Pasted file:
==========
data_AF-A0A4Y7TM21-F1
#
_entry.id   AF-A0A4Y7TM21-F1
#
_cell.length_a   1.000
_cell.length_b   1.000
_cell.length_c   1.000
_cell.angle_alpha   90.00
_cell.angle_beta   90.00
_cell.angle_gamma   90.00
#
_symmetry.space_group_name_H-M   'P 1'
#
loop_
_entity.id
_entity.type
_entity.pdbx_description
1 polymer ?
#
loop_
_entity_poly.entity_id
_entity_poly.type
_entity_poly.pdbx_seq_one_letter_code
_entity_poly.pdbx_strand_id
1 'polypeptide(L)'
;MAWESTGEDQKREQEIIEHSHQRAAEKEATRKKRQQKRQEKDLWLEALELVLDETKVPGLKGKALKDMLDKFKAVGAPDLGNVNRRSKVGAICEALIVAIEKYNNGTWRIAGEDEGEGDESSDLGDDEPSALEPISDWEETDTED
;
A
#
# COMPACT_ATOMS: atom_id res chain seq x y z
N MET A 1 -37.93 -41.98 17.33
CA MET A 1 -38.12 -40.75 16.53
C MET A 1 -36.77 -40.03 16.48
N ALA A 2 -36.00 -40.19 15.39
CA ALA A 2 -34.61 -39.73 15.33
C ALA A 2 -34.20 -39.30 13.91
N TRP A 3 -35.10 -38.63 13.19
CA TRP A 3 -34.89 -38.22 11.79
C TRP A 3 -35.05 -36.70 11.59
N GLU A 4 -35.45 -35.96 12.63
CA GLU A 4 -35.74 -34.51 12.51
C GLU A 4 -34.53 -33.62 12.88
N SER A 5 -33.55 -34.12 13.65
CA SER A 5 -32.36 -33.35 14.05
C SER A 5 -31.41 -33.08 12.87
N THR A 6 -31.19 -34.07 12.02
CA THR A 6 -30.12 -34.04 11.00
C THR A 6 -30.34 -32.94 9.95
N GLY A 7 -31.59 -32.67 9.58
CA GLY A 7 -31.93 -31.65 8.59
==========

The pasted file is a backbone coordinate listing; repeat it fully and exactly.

data_AF-A0A4Y7TM21-F1
#
_entry.id   AF-A0A4Y7TM21-F1
#
_cell.length_a   1.000
_cell.length_b   1.000
_cell.length_c   1.000
_cell.angle_alpha   90.00
_cell.angle_beta   90.00
_cell.angle_gamma   90.00
#
_symmetry.space_group_name_H-M   'P 1'
#
loop_
_entity.id
_entity.type
_entity.pdbx_description
1 polymer ?
#
loop_
_entity_poly.entity_id
_entity_poly.type
_entity_poly.pdbx_seq_one_letter_code
_entity_poly.pdbx_strand_id
1 'polypeptide(L)'
;MAWESTGEDQKREQEIIEHSHQRAAEKEATRKKRQQKRQEKDLWLEALELVLDETKVPGLKGKALKDMLDKFKAVGAPDLGNVNRRSKVGAICEALIVAIEKYNNGTWRIAGEDEGEGDESSDLGDDEPSALEPISDWEETDTED
;
A
#
# COMPACT_ATOMS: atom_id res chain seq x y z
N MET A 1 -37.93 -41.98 17.33
CA MET A 1 -38.12 -40.75 16.53
C MET A 1 -36.77 -40.03 16.48
N ALA A 2 -36.00 -40.19 15.39
CA ALA A 2 -34.61 -39.73 15.33
C ALA A 2 -34.20 -39.30 13.91
N TRP A 3 -35.10 -38.63 13.19
CA TRP A 3 -34.89 -38.22 11.79
C TRP A 3 -35.05 -36.70 11.59
N GLU A 4 -35.45 -35.96 12.63
CA GLU A 4 -35.74 -34.51 12.51
C GLU A 4 -34.53 -33.62 12.88
N SER A 5 -33.55 -34.12 13.65
CA SER A 5 -32.36 -33.35 14.05
C SER A 5 -31.41 -33.08 12.87
N THR A 6 -31.19 -34.07 12.02
CA THR A 6 -30.12 -34.04 11.00
C THR A 6 -30.34 -32.94 9.95
N GLY A 7 -31.59 -32.67 9.58
CA GLY A 7 -31.93 -31.65 8.59